9. Continuing our rankings of the most valuable player assets in the Minnesota Twins organization, we share our picks for six through 10. This list attempts to answer a simple question: Which 20 players and prospects are most indispensable in the team's quest to win a championship? Before getting started, you can get up to speed on the ground rules, which were covered in the first installment, and also read up on our picks for #11-15. Here are the players we've ranked so far: 20. Matt Canterino, RHP 19. Josh Winder, RHP 18. Simeon Woods Richardson, RHP 17. Gilberto Celestino, CF 16. Chase Petty, RHP 15. Jose Miranda, 2B/3B 14. Jhoan Duran, RHP 13. Jordan Balazovic, RHP 12. Trevor Larnach, OF 11. Luis Arraez, UTIL From there, we crack into the top 10. Top 20 Twins Assets of 2022: 6 through 10 10. Ryan Jeffers, C 2021 Ranking: 7 Two-way catchers are among the most valuable commodities in baseball. It's not yet clear that Jeffers will be one, but his young major-league career has offered promising signs. Defensively, Jeffers established himself as a strong pitcher framer and good overall backstop. His instincts and reaction speed enable him to make special plays. He seems to have the confidence of the pitching staff – no small feat for a 24-year-old who went from college to the majors in two years. Offensively, his rushed development has been evident. After an impressive rookie showing in 2020, Jeffers saw his OPS drop by 120 points as lacking plate discipline derailed his production. But while the .199 average and .270 on-base percentage were tough to stomach, Jeffers kept bringing the power with 14 home runs in 85 games. At worst, Jeffers looks like a good defensive catcher who can take one deep here and there. (A poor man's Salvador Perez, perhaps?) If he can evolve a bit in the batter's box, he'll become a highly coveted asset – the heralded two-way catcher. It's important to keep in mind Jeffers' age and experience; when Mitch Garver was 24, he was posting a .688 OPS in Single-A. 9. Max Kepler, RF 2021 Ranking: 3 Kepler is an average hitter and an elite defensive right fielder with a very favorable contract. That combination would have more value to a lot of other teams than it does to the Twins, who wouldn't mind spending on an outfielder and already have a top-notch defender in center. A persistent inability to turn the corner offensively – outside of a short-lived breakout in 2019 – has made Kepler a frustrating player to follow. But when you look past that, he's an excellent athlete and quality regular, still a year short of 30 and under team control at reasonable rates for the next two seasons, with a $10M option in 2024. 8. Mitch Garver, C 2021 Ranking: 8 Garver's struggles with the bat in 2020 carried over into the beginning of 2021, where he slashed .151/.196/.321 through 17 games while striking out half the time. As the catcher's incredible 2019 faded further from view, many began to wonder if his approach was broken. Maybe it was, but Garver fixed it in a hurry. He homered twice in his last game of April, and pretty much never looked back, hitting .292/.406/.584 with 11 homers and 12 doubles in 51 games the rest of the way. Garver rediscovered his plate discipline, and as soon as that happened, he got back to dominating and basically out-homering the world (on a per-rate basis). It was a second consecutive season for Garver that was cut short by injuries. The punishment he's taken behind the plate, along with the increasingly evident need to have his bat in the lineup, could compel the Twins to start shifting Garver to different positions more. But that needs to be weighed against the tremendous advantage gained by writing him in at catcher. Since 2019 Garver ranks second among all MLB backstops in wOBA (min. 500 PA). He'd be higher on this list if not for his waning team control, with free agency only two seasons away. 7. Joe Ryan, RHP 2021 Ranking: NR Managing to secure Ryan in exchange for Nelson Cruz ahead of the trade deadline was a nifty bit of work by the front office, and one that probably doesn't get talked about often enough. As a 40-year-old designated hitter approaching free agency, Cruz had limited value, but the Twins leveraged Tampa's situation and were able to add an asset that immediately becomes a key part of their plans. The 25-year-old Ryan dominated at Triple-A this year, and translated his performance to the majors. In five starts for the Twins, he struck out six times as many batters as he walked, and allowed only 16 hits in 26 ⅓ innings. The right-hander cemented his spot in a needy rotation, and he's lined up to be an inexpensive fixture for years to come. All in return for an aging and expensive DH who didn't really help the Rays that much, and is now a free agent. In terms of asset upgrades, it doesn't get much better than what the Twins pulled off here. 6. Bailey Ober, RHP 2021 Ranking: NR Like Ryan, Ober is a newcomer to the rankings and finds himself near the top. But unlike Ryan, he's not a newcomer to the system. The former 12th-round draft pick boosted his stock immensely over the past couple years by significantly increasing his velocity to shed the "soft-tossing" label. Aided by a more effective fastball, which plays up from his 6-foot-9 frame, Ober was highly impressive as a rookie. There was nothing particularly fluky about his performance for the Twins, although home runs were a bit of a recurring issue. He looks the part of a mid-rotation staple, and a guy you'd feel okay about starting in the playoffs. We've seen how difficult it is for the Twins to acquire impact pitching via free agency. Developing cost-controlled arms is instrumental to this front office's vision for success. That's why Ober and Ryan rank so highly on this list: the team's fate (especially in the short-term) is tied to them. Check back in on Wednesday when we wrap up these rankings with our picks for the top 5! MORE FROM TWINS DAILY — Order the Offseason Handbook — Latest Twins coverage from our writers — Recent Twins discussion in our forums — Follow Twins Daily via Twitter, Facebook or email View full article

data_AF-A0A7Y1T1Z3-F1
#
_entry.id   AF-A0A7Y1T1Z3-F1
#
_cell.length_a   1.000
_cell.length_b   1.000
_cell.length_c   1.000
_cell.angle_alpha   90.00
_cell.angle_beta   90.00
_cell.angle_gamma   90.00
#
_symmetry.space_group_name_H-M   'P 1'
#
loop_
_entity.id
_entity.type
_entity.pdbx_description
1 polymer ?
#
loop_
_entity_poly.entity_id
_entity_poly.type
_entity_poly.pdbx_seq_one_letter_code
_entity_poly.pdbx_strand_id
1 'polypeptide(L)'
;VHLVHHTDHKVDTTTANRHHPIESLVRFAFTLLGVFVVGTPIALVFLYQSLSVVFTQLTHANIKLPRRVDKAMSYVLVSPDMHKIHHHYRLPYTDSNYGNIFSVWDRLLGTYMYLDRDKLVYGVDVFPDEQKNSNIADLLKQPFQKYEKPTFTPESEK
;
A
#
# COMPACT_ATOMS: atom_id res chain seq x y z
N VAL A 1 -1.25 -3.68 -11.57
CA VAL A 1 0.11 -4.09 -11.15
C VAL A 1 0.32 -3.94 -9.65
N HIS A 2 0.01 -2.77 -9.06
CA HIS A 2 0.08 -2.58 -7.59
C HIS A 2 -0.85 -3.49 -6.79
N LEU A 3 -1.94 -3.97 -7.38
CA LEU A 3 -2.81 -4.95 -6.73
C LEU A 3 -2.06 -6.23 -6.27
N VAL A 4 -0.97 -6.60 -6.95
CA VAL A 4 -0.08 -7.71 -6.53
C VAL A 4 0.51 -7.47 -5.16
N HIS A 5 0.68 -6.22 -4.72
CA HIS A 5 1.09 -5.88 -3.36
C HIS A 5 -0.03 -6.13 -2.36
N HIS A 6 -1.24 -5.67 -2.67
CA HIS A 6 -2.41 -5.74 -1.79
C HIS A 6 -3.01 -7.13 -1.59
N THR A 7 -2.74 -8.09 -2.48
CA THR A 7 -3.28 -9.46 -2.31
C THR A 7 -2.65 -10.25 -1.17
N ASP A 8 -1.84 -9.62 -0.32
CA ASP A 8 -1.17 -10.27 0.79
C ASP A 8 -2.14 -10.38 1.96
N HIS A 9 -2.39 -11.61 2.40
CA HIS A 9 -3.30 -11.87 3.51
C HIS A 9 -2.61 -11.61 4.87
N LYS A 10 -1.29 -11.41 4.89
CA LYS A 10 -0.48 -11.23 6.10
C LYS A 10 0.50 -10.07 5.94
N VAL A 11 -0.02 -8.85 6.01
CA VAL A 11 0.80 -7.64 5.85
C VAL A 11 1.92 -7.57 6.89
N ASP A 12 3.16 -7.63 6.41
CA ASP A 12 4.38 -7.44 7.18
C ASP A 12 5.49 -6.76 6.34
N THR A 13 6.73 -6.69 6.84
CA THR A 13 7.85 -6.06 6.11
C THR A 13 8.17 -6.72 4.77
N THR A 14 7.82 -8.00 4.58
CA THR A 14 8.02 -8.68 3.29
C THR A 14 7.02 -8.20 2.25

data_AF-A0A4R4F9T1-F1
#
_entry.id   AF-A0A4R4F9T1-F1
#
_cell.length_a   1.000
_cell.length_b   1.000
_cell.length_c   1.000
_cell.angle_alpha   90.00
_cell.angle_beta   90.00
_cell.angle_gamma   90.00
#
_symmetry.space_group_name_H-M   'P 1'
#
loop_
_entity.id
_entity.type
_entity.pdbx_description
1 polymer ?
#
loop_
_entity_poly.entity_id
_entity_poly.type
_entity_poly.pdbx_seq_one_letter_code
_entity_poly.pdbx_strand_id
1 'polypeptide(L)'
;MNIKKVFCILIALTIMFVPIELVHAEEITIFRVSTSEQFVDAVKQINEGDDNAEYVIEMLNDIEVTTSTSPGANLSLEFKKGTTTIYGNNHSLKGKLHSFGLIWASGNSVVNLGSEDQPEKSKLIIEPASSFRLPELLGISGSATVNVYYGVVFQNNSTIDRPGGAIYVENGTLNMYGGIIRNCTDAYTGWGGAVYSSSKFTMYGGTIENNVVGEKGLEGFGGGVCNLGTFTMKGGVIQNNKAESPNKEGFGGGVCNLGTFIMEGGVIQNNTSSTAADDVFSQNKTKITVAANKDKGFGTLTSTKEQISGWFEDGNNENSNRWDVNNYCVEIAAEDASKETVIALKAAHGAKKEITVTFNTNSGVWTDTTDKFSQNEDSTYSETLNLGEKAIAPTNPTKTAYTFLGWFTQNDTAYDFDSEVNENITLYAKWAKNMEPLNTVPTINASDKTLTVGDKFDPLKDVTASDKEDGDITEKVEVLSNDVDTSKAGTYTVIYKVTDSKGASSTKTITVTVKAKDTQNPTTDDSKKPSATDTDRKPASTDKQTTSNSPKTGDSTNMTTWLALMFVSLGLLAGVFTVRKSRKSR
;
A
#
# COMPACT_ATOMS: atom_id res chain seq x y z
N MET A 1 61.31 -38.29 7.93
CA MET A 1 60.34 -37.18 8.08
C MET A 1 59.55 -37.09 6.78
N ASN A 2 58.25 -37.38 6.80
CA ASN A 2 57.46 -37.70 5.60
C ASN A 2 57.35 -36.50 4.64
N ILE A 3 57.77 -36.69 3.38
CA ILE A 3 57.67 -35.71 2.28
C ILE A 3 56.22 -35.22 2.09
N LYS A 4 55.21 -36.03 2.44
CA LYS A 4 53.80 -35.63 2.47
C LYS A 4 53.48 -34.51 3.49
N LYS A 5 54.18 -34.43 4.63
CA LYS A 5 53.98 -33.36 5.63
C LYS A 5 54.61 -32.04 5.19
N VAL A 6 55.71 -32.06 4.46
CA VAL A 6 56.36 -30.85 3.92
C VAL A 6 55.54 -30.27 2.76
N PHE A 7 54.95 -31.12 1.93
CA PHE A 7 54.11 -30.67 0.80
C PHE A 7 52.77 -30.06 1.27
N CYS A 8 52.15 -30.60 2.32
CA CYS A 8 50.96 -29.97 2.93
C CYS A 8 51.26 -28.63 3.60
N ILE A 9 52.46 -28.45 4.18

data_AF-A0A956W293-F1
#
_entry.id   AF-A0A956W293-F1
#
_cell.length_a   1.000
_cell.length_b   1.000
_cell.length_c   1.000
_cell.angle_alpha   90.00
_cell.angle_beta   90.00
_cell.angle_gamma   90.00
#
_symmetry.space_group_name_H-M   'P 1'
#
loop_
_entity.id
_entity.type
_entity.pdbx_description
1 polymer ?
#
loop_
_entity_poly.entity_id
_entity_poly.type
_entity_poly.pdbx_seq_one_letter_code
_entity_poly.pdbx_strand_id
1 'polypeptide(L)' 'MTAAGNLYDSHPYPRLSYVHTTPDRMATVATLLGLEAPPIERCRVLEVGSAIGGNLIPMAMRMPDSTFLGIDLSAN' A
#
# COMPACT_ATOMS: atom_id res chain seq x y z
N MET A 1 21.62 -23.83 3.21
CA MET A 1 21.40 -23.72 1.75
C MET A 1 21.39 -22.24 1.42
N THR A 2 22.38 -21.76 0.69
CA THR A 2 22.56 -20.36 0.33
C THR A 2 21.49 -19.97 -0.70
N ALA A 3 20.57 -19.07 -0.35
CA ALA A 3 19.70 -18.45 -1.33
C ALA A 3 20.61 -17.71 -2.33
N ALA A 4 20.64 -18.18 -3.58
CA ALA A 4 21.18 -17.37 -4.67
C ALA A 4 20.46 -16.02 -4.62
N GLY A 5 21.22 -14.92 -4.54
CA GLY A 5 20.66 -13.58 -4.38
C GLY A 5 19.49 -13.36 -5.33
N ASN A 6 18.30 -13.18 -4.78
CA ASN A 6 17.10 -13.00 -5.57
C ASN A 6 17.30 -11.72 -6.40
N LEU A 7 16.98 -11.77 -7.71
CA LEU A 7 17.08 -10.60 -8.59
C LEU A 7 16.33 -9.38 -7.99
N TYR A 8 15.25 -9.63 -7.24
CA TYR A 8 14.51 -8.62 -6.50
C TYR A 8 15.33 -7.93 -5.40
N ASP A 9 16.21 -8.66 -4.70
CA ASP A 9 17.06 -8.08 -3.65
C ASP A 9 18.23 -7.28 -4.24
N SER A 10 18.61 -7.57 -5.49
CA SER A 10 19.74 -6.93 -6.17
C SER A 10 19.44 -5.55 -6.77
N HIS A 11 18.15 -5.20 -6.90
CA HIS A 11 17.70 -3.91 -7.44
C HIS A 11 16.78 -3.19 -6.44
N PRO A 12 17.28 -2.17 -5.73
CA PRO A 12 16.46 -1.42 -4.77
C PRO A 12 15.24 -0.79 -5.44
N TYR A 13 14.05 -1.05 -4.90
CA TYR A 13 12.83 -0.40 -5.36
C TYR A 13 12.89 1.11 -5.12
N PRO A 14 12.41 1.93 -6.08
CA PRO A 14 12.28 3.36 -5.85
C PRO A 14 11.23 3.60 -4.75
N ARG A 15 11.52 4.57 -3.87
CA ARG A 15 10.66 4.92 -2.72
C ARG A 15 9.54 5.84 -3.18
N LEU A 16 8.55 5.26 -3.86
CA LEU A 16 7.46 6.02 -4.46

10. Before getting started, you can get up to speed on the ground rules, which were covered in the first installment, and also read up on our picks for #11-15. Here are the players we've ranked so far: 20. Matt Canterino, RHP 19. Josh Winder, RHP 18. Simeon Woods Richardson, RHP 17. Gilberto Celestino, CF 16. Chase Petty, RHP 15. Jose Miranda, 2B/3B 14. Jhoan Duran, RHP 13. Jordan Balazovic, RHP 12. Trevor Larnach, OF 11. Luis Arraez, UTIL From there, we crack into the top 10. Top 20 Twins Assets of 2022: 6 through 10 10. Ryan Jeffers, C 2021 Ranking: 7 Two-way catchers are among the most valuable commodities in baseball. It's not yet clear that Jeffers will be one, but his young major-league career has offered promising signs. Defensively, Jeffers established himself as a strong pitcher framer and good overall backstop. His instincts and reaction speed enable him to make special plays. He seems to have the confidence of the pitching staff – no small feat for a 24-year-old who went from college to the majors in two years. Offensively, his rushed development has been evident. After an impressive rookie showing in 2020, Jeffers saw his OPS drop by 120 points as lacking plate discipline derailed his production. But while the .199 average and .270 on-base percentage were tough to stomach, Jeffers kept bringing the power with 14 home runs in 85 games. At worst, Jeffers looks like a good defensive catcher who can take one deep here and there. (A poor man's Salvador Perez, perhaps?) If he can evolve a bit in the batter's box, he'll become a highly coveted asset – the heralded two-way catcher. It's important to keep in mind Jeffers' age and experience; when Mitch Garver was 24, he was posting a .688 OPS in Single-A. 9. Max Kepler, RF 2021 Ranking: 3 Kepler is an average hitter and an elite defensive right fielder with a very favorable contract. That combination would have more value to a lot of other teams than it does to the Twins, who wouldn't mind spending on an outfielder and already have a top-notch defender in center. A persistent inability to turn the corner offensively – outside of a short-lived breakout in 2019 – has made Kepler a frustrating player to follow. But when you look past that, he's an excellent athlete and quality regular, still a year short of 30 and under team control at reasonable rates for the next two seasons, with a $10M option in 2024. 8. Mitch Garver, C 2021 Ranking: 8 Garver's struggles with the bat in 2020 carried over into the beginning of 2021, where he slashed .151/.196/.321 through 17 games while striking out half the time. As the catcher's incredible 2019 faded further from view, many began to wonder if his approach was broken. Maybe it was, but Garver fixed it in a hurry. He homered twice in his last game of April, and pretty much never looked back, hitting .292/.406/.584 with 11 homers and 12 doubles in 51 games the rest of the way. Garver rediscovered his plate discipline, and as soon as that happened, he got back to dominating and basically out-homering the world (on a per-rate basis). It was a second consecutive season for Garver that was cut short by injuries. The punishment he's taken behind the plate, along with the increasingly evident need to have his bat in the lineup, could compel the Twins to start shifting Garver to different positions more. But that needs to be weighed against the tremendous advantage gained by writing him in at catcher. Since 2019 Garver ranks second among all MLB backstops in wOBA (min. 500 PA). He'd be higher on this list if not for his waning team control, with free agency only two seasons away. 7. Joe Ryan, RHP 2021 Ranking: NR Managing to secure Ryan in exchange for Nelson Cruz ahead of the trade deadline was a nifty bit of work by the front office, and one that probably doesn't get talked about often enough. As a 40-year-old designated hitter approaching free agency, Cruz had limited value, but the Twins leveraged Tampa's situation and were able to add an asset that immediately becomes a key part of their plans. The 25-year-old Ryan dominated at Triple-A this year, and translated his performance to the majors. In five starts for the Twins, he struck out six times as many batters as he walked, and allowed only 16 hits in 26 ⅓ innings. The right-hander cemented his spot in a needy rotation, and he's lined up to be an inexpensive fixture for years to come. All in return for an aging and expensive DH who didn't really help the Rays that much, and is now a free agent. In terms of asset upgrades, it doesn't get much better than what the Twins pulled off here. 6. Bailey Ober, RHP 2021 Ranking: NR Like Ryan, Ober is a newcomer to the rankings and finds himself near the top. But unlike Ryan, he's not a newcomer to the system. The former 12th-round draft pick boosted his stock immensely over the past couple years by significantly increasing his velocity to shed the "soft-tossing" label. Aided by a more effective fastball, which plays up from his 6-foot-9 frame, Ober was highly impressive as a rookie. There was nothing particularly fluky about his performance for the Twins, although home runs were a bit of a recurring issue. He looks the part of a mid-rotation staple, and a guy you'd feel okay about starting in the playoffs. We've seen how difficult it is for the Twins to acquire impact pitching via free agency. Developing cost-controlled arms is instrumental to this front office's vision for success. That's why Ober and Ryan rank so highly on this list: the team's fate (especially in the short-term) is tied to them. Check back in on Wednesday when we wrap up these rankings with our picks for the top 5! MORE FROM TWINS DAILY — Order the Offseason Handbook — Latest Twins coverage from our writers — Recent Twins discussion in our forums — Follow Twins Daily via Twitter, Facebook or email